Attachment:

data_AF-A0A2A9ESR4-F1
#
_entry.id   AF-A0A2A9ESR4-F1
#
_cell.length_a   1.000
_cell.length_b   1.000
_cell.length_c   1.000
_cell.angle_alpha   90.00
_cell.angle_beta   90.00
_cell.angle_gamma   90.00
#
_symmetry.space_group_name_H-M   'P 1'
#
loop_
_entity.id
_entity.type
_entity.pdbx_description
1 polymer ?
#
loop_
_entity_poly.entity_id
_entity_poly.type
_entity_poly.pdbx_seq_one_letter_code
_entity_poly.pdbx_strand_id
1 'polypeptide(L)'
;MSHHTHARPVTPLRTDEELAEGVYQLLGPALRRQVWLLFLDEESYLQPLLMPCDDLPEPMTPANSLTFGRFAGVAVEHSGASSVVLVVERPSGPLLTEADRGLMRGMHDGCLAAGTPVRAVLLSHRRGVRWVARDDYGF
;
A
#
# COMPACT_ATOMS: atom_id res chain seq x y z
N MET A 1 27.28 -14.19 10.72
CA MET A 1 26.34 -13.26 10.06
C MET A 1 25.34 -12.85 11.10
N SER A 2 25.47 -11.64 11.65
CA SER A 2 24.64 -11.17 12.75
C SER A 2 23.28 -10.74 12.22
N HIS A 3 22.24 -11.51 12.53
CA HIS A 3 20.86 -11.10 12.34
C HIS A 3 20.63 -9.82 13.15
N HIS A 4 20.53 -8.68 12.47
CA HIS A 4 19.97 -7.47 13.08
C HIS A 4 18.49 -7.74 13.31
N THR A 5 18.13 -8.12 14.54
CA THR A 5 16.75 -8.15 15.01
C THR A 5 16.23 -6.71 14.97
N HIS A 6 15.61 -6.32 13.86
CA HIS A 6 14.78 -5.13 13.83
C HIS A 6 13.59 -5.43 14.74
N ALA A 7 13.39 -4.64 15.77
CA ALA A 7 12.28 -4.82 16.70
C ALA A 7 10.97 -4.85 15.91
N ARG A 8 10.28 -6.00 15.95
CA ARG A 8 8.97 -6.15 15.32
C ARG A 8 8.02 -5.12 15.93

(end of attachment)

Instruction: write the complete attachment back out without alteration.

data_AF-A0A2A9ESR4-F1
#
_entry.id   AF-A0A2A9ESR4-F1
#
_cell.length_a   1.000
_cell.length_b   1.000
_cell.length_c   1.000
_cell.angle_alpha   90.00
_cell.angle_beta   90.00
_cell.angle_gamma   90.00
#
_symmetry.space_group_name_H-M   'P 1'
#
loop_
_entity.id
_entity.type
_entity.pdbx_description
1 polymer ?
#
loop_
_entity_poly.entity_id
_entity_poly.type
_entity_poly.pdbx_seq_one_letter_code
_entity_poly.pdbx_strand_id
1 'polypeptide(L)'
;MSHHTHARPVTPLRTDEELAEGVYQLLGPALRRQVWLLFLDEESYLQPLLMPCDDLPEPMTPANSLTFGRFAGVAVEHSGASSVVLVVERPSGPLLTEADRGLMRGMHDGCLAAGTPVRAVLLSHRRGVRWVARDDYGF
;
A
#
# COMPACT_ATOMS: atom_id res chain seq x y z
N MET A 1 27.28 -14.19 10.72
CA MET A 1 26.34 -13.26 10.06
C MET A 1 25.34 -12.85 11.10
N SER A 2 25.47 -11.64 11.65
CA SER A 2 24.64 -11.17 12.75
C SER A 2 23.28 -10.74 12.22
N HIS A 3 22.24 -11.51 12.53
CA HIS A 3 20.86 -11.10 12.34
C HIS A 3 20.63 -9.82 13.15
N HIS A 4 20.53 -8.68 12.47
CA HIS A 4 19.97 -7.47 13.08
C HIS A 4 18.49 -7.74 13.31
N THR A 5 18.13 -8.12 14.54
CA THR A 5 16.75 -8.15 15.01
C THR A 5 16.23 -6.71 14.97
N HIS A 6 15.61 -6.32 13.86
CA HIS A 6 14.78 -5.13 13.83
C HIS A 6 13.59 -5.43 14.74
N ALA A 7 13.39 -4.64 15.77
CA ALA A 7 12.28 -4.82 16.70
C ALA A 7 10.97 -4.85 15.91
N ARG A 8 10.28 -6.00 15.95
CA ARG A 8 8.97 -6.15 15.32
C ARG A 8 8.02 -5.12 15.93